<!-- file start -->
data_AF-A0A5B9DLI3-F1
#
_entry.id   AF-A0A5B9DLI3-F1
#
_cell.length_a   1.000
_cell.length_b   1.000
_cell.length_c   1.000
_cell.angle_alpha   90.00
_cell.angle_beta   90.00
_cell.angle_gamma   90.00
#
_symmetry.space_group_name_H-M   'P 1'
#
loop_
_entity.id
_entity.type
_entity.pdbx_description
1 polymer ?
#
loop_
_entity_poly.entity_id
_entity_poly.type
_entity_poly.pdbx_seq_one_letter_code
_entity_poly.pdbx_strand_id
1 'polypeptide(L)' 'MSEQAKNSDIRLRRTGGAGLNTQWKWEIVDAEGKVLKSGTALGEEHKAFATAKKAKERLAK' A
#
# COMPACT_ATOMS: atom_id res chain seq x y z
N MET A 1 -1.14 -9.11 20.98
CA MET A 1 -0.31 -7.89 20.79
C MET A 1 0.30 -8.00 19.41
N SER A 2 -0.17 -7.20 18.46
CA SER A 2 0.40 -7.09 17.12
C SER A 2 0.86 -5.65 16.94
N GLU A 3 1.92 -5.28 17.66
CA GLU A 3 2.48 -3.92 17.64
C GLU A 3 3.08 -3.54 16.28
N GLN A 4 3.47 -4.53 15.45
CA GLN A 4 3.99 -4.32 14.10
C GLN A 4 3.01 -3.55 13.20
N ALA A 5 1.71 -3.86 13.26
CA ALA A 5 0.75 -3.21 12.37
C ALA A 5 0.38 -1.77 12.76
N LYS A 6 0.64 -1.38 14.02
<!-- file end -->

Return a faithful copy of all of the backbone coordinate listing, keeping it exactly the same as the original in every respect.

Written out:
data_AF-A0A5B9DLI3-F1
#
_entry.id   AF-A0A5B9DLI3-F1
#
_cell.length_a   1.000
_cell.length_b   1.000
_cell.length_c   1.000
_cell.angle_alpha   90.00
_cell.angle_beta   90.00
_cell.angle_gamma   90.00
#
_symmetry.space_group_name_H-M   'P 1'
#
loop_
_entity.id
_entity.type
_entity.pdbx_description
1 polymer ?
#
loop_
_entity_poly.entity_id
_entity_poly.type
_entity_poly.pdbx_seq_one_letter_code
_entity_poly.pdbx_strand_id
1 'polypeptide(L)' 'MSEQAKNSDIRLRRTGGAGLNTQWKWEIVDAEGKVLKSGTALGEEHKAFATAKKAKERLAK' A
#
# COMPACT_ATOMS: atom_id res chain seq x y z
N MET A 1 -1.14 -9.11 20.98
CA MET A 1 -0.31 -7.89 20.79
C MET A 1 0.30 -8.00 19.41
N SER A 2 -0.17 -7.20 18.46
CA SER A 2 0.40 -7.09 17.12
C SER A 2 0.86 -5.65 16.94
N GLU A 3 1.92 -5.28 17.66
CA GLU A 3 2.48 -3.92 17.64
C GLU A 3 3.08 -3.54 16.28
N GLN A 4 3.47 -4.53 15.45
CA GLN A 4 3.99 -4.32 14.10
C GLN A 4 3.01 -3.55 13.20
N ALA A 5 1.71 -3.86 13.26
CA ALA A 5 0.75 -3.21 12.37
C ALA A 5 0.38 -1.77 12.76
N LYS A 6 0.64 -1.38 14.02